Keep shape-internal overlapping paths when merging two shapes

This is a feature request regarding the “Remove Overlap” transformation pane functionality, and tweaking it slightly.

When you have two shapes using this will expectedly combine the two shapes, great.
When you have one shape selected that has internal overlaps (like the ones you get when you use the “Open corner” context option) using the feature will remove those overlaps, also great.

The combination of those two, however, quite often has a side-effect I dislike. Imagine one shape that has internal overlaps, and now I would like to merge in a second shape. While this combines the two shapes (which is what I want) it will also remove the internal overlap.

My suggestion would be to not remove internal overlap when two shapes are selected (merged). Remove internal overlap only when only one shape is selected. This would maintain the internal overlap when merging two shapes which might have internal overlap you want to keep. To truly merge two shapes and remove all overlaps, a second button press would remove the internal overlaps, since now there is only one shape selected. This way the current behavior is possible, yet keeping internal overlaps will also be possible when merging two shapes — which is now impossible and always requires “reconstructing” the internal overlap in the merged shape.

Any thoughts, would this be possible?


A viable workaround is to add nodes in both shapes and then reconnect nodes between these added nodes.

The node structure that operation leaves behind is messy, and does not actually combine the two parts (merge down)—that is still what I’d want for the merge of the two shapes, though only with keeping internal overlaps intact.

Can you send me a sample path, so I can see what you mean?

Okay, example here; not entirely how I’d draw things, but for sake of illustration. Say I have a single story a and j drawn, and I would create g by appending the stretched j hook to the shape of the a, which already has internal overlaps where bowl meets stem.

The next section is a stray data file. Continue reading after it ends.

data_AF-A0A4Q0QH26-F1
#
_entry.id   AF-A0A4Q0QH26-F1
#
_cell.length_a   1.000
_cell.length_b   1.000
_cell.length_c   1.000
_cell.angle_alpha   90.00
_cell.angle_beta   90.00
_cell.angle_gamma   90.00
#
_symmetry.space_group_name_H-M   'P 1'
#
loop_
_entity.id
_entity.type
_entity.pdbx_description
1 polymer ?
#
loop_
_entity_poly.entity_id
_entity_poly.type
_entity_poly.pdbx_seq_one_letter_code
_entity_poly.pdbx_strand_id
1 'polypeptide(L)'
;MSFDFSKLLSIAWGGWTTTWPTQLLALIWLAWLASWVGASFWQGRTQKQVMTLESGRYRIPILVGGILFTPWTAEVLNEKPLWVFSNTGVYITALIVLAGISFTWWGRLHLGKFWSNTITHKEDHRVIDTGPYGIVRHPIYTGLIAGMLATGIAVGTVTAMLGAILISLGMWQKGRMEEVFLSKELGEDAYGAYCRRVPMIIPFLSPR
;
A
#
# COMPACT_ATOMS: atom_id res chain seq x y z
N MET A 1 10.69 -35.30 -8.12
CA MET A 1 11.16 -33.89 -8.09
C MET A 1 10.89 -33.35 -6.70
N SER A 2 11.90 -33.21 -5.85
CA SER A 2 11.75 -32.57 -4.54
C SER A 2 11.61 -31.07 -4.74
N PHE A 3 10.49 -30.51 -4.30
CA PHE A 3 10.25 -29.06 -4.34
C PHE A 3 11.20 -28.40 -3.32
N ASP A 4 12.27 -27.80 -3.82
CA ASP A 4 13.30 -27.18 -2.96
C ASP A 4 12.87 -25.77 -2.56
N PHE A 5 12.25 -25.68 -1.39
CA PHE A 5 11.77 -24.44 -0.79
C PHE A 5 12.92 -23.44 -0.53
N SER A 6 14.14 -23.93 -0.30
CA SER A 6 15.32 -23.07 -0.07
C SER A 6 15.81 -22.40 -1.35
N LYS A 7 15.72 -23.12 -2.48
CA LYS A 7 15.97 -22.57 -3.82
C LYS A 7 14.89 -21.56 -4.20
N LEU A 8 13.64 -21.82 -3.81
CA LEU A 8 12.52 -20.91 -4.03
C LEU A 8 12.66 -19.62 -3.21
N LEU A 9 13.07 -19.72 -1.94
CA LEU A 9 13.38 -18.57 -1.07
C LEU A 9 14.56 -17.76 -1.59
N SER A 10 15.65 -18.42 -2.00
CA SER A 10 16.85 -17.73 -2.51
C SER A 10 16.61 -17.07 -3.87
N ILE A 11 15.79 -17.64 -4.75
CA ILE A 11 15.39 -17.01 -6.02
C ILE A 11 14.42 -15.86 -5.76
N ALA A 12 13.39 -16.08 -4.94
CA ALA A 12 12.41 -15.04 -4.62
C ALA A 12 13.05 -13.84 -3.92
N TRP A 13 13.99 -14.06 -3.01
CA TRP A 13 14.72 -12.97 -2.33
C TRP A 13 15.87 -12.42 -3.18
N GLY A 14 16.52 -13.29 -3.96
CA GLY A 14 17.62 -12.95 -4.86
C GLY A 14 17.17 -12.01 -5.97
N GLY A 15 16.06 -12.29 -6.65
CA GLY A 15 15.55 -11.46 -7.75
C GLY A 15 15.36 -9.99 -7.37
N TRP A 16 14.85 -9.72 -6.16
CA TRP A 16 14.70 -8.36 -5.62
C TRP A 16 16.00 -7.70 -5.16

The glyphs / parts—a dotlessj “new g with only a’s path in it”, stretched jhook:

The new g with a copied in, and the hook placed:

Using merge, the internal overlaps once present at the selected nodes disappeared :frowning:

Reconnect alternative: Adding a point on either shape, reconnecting them, the path structure will be exactly as now show even after the reconnect. Corners at the stem bottom of a are still there (although unnecessary as overlapped, the two created points for reconnecting in the middle of the paths also stay - this is what I meant with “messy”):

And here what I’d really want from the merge, without merging down a’s original internal overlaps, and without adding anything superfluous:

Again, this “g” example is not an actual case, but I’ve had this “merge” dilemma often enough to finally have written this post. Yes, it’s possible to simply merge and then select all affected nodes, and “Open corner” them again, but that does not preserve the original overlaps and positioning, which can be annoying.

In this case, I would just clip the paths open and stick them together. Much easier…?

I guess my aversion to opening paths comes from the over-eager snapping back together and hard to select the cut nodes that are on top of each other, which makes it a frustrating work flow. Merging is much easier, except for this little hick-up.

Select the segment(s) you want to get rid off, and press Opt-Delete. No cut nodes on top of each other, yet still open paths. Select one by double clicking it, drag its end on top of another end and voilà.

Or reconnect wisely selected nodes. This is essentially what the algorithm you ask for would have to do as well.

Your example has a slight problem. The hock path is overlapping a self overlap in the a part. The algorithm can’t resolve this. Like you illustrated. And it can lead to very unexpected behavior. But I can have a look.

Amazing, didn’t know about this; handy indeed for much more than just this.

@GeorgSeifert Okay, I suppose I see that this introduces additional complexity. Even a version that would not take this special case of overlapping a already internally overlapping path into account would be great.

Are these large grey dots live rounded corners? Is that a plugin?

Corner components:

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